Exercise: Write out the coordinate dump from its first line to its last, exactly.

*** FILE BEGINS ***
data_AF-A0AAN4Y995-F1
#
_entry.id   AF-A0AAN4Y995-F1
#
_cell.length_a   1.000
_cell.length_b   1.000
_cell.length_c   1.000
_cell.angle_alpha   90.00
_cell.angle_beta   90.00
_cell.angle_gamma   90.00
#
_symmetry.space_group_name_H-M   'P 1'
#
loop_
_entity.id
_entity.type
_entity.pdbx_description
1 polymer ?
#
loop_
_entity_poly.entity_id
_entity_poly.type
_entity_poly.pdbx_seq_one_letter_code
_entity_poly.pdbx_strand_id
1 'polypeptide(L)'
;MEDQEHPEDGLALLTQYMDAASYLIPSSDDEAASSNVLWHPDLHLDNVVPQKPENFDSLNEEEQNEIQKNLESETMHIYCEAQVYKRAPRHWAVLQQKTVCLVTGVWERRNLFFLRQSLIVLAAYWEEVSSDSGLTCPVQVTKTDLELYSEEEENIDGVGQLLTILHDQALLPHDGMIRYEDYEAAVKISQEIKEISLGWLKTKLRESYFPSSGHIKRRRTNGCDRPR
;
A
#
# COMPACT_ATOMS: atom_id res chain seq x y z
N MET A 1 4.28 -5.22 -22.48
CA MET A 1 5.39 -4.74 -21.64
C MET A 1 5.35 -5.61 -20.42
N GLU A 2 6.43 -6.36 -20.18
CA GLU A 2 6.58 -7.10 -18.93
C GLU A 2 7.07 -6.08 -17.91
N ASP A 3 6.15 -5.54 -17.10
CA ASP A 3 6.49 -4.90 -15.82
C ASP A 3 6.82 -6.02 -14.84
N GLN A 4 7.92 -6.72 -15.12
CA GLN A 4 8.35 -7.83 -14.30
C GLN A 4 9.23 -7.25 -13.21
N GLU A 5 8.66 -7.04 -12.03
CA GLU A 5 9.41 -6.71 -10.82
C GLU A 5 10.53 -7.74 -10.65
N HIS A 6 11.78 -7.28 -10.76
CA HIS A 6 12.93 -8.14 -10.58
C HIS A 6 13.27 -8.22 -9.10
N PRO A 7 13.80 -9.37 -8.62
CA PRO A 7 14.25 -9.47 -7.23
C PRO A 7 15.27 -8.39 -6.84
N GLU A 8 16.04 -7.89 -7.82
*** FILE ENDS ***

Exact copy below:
data_AF-A0AAN4Y995-F1
#
_entry.id   AF-A0AAN4Y995-F1
#
_cell.length_a   1.000
_cell.length_b   1.000
_cell.length_c   1.000
_cell.angle_alpha   90.00
_cell.angle_beta   90.00
_cell.angle_gamma   90.00
#
_symmetry.space_group_name_H-M   'P 1'
#
loop_
_entity.id
_entity.type
_entity.pdbx_description
1 polymer ?
#
loop_
_entity_poly.entity_id
_entity_poly.type
_entity_poly.pdbx_seq_one_letter_code
_entity_poly.pdbx_strand_id
1 'polypeptide(L)'
;MEDQEHPEDGLALLTQYMDAASYLIPSSDDEAASSNVLWHPDLHLDNVVPQKPENFDSLNEEEQNEIQKNLESETMHIYCEAQVYKRAPRHWAVLQQKTVCLVTGVWERRNLFFLRQSLIVLAAYWEEVSSDSGLTCPVQVTKTDLELYSEEEENIDGVGQLLTILHDQALLPHDGMIRYEDYEAAVKISQEIKEISLGWLKTKLRESYFPSSGHIKRRRTNGCDRPR
;
A
#
# COMPACT_ATOMS: atom_id res chain seq x y z
N MET A 1 4.28 -5.22 -22.48
CA MET A 1 5.39 -4.74 -21.64
C MET A 1 5.35 -5.61 -20.42
N GLU A 2 6.43 -6.36 -20.18
CA GLU A 2 6.58 -7.10 -18.93
C GLU A 2 7.07 -6.08 -17.91
N ASP A 3 6.15 -5.54 -17.10
CA ASP A 3 6.49 -4.90 -15.82
C ASP A 3 6.82 -6.02 -14.84
N GLN A 4 7.92 -6.72 -15.12
CA GLN A 4 8.35 -7.83 -14.30
C GLN A 4 9.23 -7.25 -13.21
N GLU A 5 8.66 -7.04 -12.03
CA GLU A 5 9.41 -6.71 -10.82
C GLU A 5 10.53 -7.74 -10.65
N HIS A 6 11.78 -7.28 -10.76
CA HIS A 6 12.93 -8.14 -10.58
C HIS A 6 13.27 -8.22 -9.10
N PRO A 7 13.80 -9.37 -8.62
CA PRO A 7 14.25 -9.47 -7.23
C PRO A 7 15.27 -8.39 -6.84
N GLU A 8 16.04 -7.89 -7.82